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Teenager Mychal King sentenced to life in prison for random killing

Mychal King, 17,  is fingerprinted after being sentenced to life in prison for the murder of 22-year-old Jason Paul. [CURTIS KRUEGER | Times]
Mychal King, 17, is fingerprinted after being sentenced to life in prison for the murder of 22-year-old Jason Paul. [CURTIS KRUEGER | Times]
Published Mar. 10, 2015

LARGO — A teenager was sentenced to life in prison on Tuesday for randomly stabbing and killing a stranger passing by on a bicycle

Mychal King hung his head and shook it when the judge asked if he wanted to say anything in the crowded courtroom. His mother made an attempt to stand up for her son, saying he was "not a bad kid," but had gone through a rough time of near-homelessness. "We all do stupid things," she added.

But the family and friends of victim Jason Paul, who packed the courtroom, stood up too. They said it was utterly unfair that they no longer get to see him and enjoy his company.

"Mychal, I do not understand how you could brutally stab someone you didn't know just because you had a bad day," Paul's mother Renee Langfritz said during the hearing.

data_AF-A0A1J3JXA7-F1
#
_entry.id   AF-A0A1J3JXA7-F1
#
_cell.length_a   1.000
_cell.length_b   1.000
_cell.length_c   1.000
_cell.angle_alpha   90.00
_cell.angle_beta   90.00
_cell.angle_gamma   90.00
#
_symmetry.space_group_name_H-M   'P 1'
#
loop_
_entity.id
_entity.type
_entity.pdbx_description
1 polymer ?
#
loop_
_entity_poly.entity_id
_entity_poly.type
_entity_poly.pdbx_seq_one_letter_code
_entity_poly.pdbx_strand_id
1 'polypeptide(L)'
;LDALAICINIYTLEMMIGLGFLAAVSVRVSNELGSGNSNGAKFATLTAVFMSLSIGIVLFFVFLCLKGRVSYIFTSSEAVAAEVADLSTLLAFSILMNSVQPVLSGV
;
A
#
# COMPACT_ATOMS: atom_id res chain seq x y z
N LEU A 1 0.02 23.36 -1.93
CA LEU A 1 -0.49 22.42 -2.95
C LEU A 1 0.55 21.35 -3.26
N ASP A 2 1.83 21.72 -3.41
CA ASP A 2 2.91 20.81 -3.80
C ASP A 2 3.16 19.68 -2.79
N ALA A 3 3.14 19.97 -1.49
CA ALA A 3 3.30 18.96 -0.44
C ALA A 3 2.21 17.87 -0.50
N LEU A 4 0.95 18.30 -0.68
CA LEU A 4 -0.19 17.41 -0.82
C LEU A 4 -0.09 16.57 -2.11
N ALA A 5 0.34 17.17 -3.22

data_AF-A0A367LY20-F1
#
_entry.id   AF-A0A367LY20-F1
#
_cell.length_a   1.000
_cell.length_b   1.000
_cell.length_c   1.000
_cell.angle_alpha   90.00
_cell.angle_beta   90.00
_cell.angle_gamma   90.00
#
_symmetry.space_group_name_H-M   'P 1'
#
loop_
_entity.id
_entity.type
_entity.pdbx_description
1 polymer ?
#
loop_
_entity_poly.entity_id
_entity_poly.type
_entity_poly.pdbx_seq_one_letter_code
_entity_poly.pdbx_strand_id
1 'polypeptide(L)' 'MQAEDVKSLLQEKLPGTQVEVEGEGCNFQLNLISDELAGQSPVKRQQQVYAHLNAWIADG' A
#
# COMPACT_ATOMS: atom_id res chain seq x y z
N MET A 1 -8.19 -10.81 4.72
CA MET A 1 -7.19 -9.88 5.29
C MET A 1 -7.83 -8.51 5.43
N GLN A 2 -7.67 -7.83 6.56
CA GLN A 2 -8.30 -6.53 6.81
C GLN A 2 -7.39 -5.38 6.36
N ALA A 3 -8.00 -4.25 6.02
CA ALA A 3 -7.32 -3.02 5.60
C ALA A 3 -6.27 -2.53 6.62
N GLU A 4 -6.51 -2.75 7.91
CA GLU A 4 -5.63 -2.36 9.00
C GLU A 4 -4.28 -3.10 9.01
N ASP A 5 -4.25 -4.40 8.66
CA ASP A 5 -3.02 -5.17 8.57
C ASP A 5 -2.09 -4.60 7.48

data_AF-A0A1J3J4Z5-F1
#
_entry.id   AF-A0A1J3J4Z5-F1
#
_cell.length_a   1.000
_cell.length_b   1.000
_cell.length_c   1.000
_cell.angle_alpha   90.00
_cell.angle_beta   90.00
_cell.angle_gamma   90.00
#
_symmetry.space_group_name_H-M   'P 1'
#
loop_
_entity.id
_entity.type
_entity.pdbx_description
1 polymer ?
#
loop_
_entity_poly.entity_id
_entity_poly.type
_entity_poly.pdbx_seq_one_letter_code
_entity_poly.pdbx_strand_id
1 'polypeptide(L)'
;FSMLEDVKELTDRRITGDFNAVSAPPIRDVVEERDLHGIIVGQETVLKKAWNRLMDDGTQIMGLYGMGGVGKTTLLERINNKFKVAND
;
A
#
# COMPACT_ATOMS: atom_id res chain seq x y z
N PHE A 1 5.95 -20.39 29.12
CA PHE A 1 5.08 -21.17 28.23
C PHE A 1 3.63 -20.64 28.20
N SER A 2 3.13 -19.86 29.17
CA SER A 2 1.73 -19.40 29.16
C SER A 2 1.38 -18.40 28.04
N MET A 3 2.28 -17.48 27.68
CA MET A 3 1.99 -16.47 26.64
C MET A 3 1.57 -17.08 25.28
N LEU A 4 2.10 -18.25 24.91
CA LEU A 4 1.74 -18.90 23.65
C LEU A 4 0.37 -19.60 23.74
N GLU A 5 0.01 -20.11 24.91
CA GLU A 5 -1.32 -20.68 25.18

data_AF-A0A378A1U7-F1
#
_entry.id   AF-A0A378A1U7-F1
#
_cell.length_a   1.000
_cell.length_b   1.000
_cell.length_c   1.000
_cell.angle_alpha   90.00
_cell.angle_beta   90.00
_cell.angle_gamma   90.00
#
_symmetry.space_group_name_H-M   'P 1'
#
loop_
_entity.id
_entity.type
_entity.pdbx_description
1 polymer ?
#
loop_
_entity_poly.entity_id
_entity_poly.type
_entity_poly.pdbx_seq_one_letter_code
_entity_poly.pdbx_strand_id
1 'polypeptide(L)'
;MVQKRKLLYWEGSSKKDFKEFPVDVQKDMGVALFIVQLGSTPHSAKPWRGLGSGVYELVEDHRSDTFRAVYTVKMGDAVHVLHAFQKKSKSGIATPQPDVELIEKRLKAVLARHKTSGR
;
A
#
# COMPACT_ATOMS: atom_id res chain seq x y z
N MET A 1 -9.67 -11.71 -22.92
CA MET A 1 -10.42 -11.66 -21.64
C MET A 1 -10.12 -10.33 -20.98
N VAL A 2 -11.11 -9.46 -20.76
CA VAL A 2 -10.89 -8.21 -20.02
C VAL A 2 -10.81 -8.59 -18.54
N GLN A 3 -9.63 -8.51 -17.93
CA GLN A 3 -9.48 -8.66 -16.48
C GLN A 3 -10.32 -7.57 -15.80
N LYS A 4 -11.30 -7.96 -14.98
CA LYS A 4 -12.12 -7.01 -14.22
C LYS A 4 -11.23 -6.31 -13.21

King was 15 in January 2013 when he brutally slashed Paul, 22, who was bicycling home from work near Crest Lake Park in Clearwater. King later told detectives he was extremely angry on that night and decided to kill the next person he saw.

"Do you know, Mychal, that our son lay dead in the street for over eight hours, alone? You took away all the hopes and dreams we had as parents," Langfritz said.

"This was not a mistake or an accident or an unintended consequence," Assistant State Attorney Joshua Riba said. "This crime, this murder, was a cold-blooded offense."

In a surprise decision in January, King pleaded guilty to first-degree murder and unrelated charges, including sale and possession of cocaine and aggravated battery. He did not have a plea bargain, so he was putting himself at the court's mercy. His attorney Daniel Hernandez said this showed he was taking responsibility for his crime.

Langfritz said she was glad she did not have to sit though a trial, but thought King should have had to endure one, so he could reflect on his crime. "Pleading guilty was a cowardly way out," she said.

For Pinellas-Pasco Circuit Judge Joseph Bulone, the case presented a complicated legal question. The U.S. Supreme Court has said people under 18 who commit murder cannot automatically be sentenced to life in prison without the possibility of parole. But anyone else convicted of first-degree murder in Florida would either be given a life sentence without parole, or the death penalty.

Bulone said that under recent case law, he needed to sentence King to life in prison with a chance at parole after 25 years for the murder, although future decisions from appellate courts could change that.

Contact Curtis Krueger at or (727) 893-8232. Follow @ckruegertimes.